Effects of clock resolution on the scheduling of interactive and real-time processes

Yoav Etsion*, Dan Tsafrir, Dror G. Feitelson

*Corresponding author for this work

Research output: Contribution to journalConference articlepeer-review

20 Scopus citations


It is commonly agreed that scheduling mechanisms in general purpose operating systems do not provide adequate support for modern interactive applications, notably multimedia applications. The common solution to this problem is to devise specialized scheduling mechanisms that take the specific needs of such applications into account. A much simpler alternative is to better tune existing systems. In particular, we show that conventional scheduling algorithms typically only have little and possibly misleading information regarding the CPU usage of processes, because increasing CPU rates have caused the common 100 Hz clock interrupt rate to be coarser than most application time quanta. We therefore conduct an experimental analysis of what happens if this rate is significantly increased. Results indicate that much higher clock interrupt rates are possible with acceptable overheads, and lead to much better information. In addition we show that increasing the clock rate can provide a measure of support for soft real-time requirements, even when using a general-purpose operating system. For example, we achieve a sub-millisecond latency under heavily loaded conditions.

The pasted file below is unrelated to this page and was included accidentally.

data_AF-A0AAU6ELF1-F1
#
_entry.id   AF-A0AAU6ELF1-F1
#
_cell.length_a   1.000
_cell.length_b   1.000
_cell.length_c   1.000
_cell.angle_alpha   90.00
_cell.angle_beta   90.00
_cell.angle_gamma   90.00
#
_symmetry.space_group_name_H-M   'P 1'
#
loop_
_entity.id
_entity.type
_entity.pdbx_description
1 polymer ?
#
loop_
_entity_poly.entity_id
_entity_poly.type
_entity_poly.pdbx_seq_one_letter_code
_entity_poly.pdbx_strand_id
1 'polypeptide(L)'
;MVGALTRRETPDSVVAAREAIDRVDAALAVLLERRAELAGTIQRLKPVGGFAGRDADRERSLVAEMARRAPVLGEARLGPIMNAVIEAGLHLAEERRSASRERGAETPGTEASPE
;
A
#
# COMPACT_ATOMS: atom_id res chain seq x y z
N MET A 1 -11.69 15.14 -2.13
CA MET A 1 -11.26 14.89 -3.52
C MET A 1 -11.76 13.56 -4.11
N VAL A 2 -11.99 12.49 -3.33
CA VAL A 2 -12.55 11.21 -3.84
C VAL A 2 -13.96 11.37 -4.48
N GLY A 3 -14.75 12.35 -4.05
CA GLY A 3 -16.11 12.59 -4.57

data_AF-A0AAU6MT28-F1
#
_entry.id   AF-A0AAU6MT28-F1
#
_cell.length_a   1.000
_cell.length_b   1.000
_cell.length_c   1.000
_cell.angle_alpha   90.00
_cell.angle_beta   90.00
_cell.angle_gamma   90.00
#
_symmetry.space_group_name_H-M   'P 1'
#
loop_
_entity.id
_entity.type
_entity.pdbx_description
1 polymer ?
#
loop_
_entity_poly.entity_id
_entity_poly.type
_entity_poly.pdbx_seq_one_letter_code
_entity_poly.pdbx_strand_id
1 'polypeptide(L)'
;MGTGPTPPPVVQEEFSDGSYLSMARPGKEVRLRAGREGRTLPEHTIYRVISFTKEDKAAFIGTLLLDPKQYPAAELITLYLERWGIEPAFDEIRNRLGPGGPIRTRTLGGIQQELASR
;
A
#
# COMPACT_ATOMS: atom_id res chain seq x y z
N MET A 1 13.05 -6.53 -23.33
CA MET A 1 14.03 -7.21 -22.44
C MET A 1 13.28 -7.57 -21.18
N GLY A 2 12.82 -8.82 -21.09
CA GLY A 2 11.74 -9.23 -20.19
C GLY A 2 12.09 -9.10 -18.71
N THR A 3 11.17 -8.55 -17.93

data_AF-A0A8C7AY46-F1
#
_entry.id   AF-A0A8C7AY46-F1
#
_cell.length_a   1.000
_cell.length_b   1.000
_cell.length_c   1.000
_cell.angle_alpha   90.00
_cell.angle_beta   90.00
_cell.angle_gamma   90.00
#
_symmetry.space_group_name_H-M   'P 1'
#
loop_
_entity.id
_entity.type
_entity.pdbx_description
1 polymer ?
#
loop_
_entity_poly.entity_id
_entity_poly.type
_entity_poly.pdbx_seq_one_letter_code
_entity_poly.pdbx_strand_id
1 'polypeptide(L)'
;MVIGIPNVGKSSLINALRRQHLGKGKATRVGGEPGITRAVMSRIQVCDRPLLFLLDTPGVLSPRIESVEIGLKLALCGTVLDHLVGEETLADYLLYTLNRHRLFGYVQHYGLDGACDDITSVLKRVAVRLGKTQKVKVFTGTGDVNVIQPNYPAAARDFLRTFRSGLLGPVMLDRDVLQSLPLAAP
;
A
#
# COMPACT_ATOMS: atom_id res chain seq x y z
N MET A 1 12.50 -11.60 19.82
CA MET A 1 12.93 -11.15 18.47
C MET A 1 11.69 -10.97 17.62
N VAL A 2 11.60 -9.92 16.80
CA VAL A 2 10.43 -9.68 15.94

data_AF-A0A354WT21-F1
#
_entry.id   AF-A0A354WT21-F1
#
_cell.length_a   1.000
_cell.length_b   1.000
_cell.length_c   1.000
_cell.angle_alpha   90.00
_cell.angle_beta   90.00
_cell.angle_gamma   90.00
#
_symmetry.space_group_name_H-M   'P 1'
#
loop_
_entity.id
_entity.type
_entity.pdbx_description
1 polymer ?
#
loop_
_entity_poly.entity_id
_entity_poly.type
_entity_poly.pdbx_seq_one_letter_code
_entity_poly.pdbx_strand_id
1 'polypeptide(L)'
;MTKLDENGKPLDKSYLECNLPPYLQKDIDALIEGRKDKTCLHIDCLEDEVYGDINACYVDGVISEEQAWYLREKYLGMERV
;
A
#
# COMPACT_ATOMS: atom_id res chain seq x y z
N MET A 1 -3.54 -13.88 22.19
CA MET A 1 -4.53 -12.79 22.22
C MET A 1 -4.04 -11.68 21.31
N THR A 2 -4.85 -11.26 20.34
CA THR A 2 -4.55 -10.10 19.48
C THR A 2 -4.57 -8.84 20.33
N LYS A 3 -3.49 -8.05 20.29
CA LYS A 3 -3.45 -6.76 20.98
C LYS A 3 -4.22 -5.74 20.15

Original languageAmerican English
Pages (from-to)172-183
Number of pages12
JournalPerformance Evaluation Review
Issue number1
StatePublished - Jun 2003
EventACM SIGMETRICS 2003 - International Conference on Measurement and Modeling of Computer Systems - San Diego, CA, United States
Duration: 10 Jun 200314 Jun 2003


  • Clock interrupt rate
  • Interactive process
  • Linux
  • Overhead
  • Scheduling
  • Soft real-time
  • Tuning


Dive into the research topics of 'Effects of clock resolution on the scheduling of interactive and real-time processes'. Together they form a unique fingerprint.

Cite this